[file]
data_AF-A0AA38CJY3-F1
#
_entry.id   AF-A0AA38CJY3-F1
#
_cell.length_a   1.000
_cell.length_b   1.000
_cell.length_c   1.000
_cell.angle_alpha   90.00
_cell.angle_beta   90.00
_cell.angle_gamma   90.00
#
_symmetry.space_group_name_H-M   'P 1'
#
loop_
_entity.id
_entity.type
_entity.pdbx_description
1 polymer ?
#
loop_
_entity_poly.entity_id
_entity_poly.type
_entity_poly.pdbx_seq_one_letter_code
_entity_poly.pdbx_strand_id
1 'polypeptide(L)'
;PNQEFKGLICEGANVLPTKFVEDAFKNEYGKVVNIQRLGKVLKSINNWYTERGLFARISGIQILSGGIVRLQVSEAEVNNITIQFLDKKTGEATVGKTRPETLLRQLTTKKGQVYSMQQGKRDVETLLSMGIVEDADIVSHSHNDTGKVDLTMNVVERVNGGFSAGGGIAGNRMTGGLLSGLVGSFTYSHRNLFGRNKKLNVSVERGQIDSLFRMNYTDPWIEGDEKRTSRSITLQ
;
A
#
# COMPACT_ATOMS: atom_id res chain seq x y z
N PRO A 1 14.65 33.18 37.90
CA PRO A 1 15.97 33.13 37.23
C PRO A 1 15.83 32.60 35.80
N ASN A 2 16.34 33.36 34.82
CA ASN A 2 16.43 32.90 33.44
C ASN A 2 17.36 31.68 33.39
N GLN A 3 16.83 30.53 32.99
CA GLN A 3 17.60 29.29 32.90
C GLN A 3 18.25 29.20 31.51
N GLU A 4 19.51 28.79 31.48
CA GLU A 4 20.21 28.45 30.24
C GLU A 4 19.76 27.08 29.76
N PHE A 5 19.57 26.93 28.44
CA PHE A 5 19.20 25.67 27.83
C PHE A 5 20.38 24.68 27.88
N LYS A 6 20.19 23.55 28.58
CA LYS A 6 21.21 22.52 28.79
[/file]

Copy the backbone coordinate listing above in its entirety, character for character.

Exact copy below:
data_AF-A0AA38CJY3-F1
#
_entry.id   AF-A0AA38CJY3-F1
#
_cell.length_a   1.000
_cell.length_b   1.000
_cell.length_c   1.000
_cell.angle_alpha   90.00
_cell.angle_beta   90.00
_cell.angle_gamma   90.00
#
_symmetry.space_group_name_H-M   'P 1'
#
loop_
_entity.id
_entity.type
_entity.pdbx_description
1 polymer ?
#
loop_
_entity_poly.entity_id
_entity_poly.type
_entity_poly.pdbx_seq_one_letter_code
_entity_poly.pdbx_strand_id
1 'polypeptide(L)'
;PNQEFKGLICEGANVLPTKFVEDAFKNEYGKVVNIQRLGKVLKSINNWYTERGLFARISGIQILSGGIVRLQVSEAEVNNITIQFLDKKTGEATVGKTRPETLLRQLTTKKGQVYSMQQGKRDVETLLSMGIVEDADIVSHSHNDTGKVDLTMNVVERVNGGFSAGGGIAGNRMTGGLLSGLVGSFTYSHRNLFGRNKKLNVSVERGQIDSLFRMNYTDPWIEGDEKRTSRSITLQ
;
A
#
# COMPACT_ATOMS: atom_id res chain seq x y z
N PRO A 1 14.65 33.18 37.90
CA PRO A 1 15.97 33.13 37.23
C PRO A 1 15.83 32.60 35.80
N ASN A 2 16.34 33.36 34.82
CA ASN A 2 16.43 32.90 33.44
C ASN A 2 17.36 31.68 33.39
N GLN A 3 16.83 30.53 32.99
CA GLN A 3 17.60 29.29 32.90
C GLN A 3 18.25 29.20 31.51
N GLU A 4 19.51 28.79 31.48
CA GLU A 4 20.21 28.45 30.24
C GLU A 4 19.76 27.08 29.76
N PHE A 5 19.57 26.93 28.44
CA PHE A 5 19.20 25.67 27.83
C PHE A 5 20.38 24.68 27.88
N LYS A 6 20.19 23.55 28.58
CA LYS A 6 21.21 22.52 28.79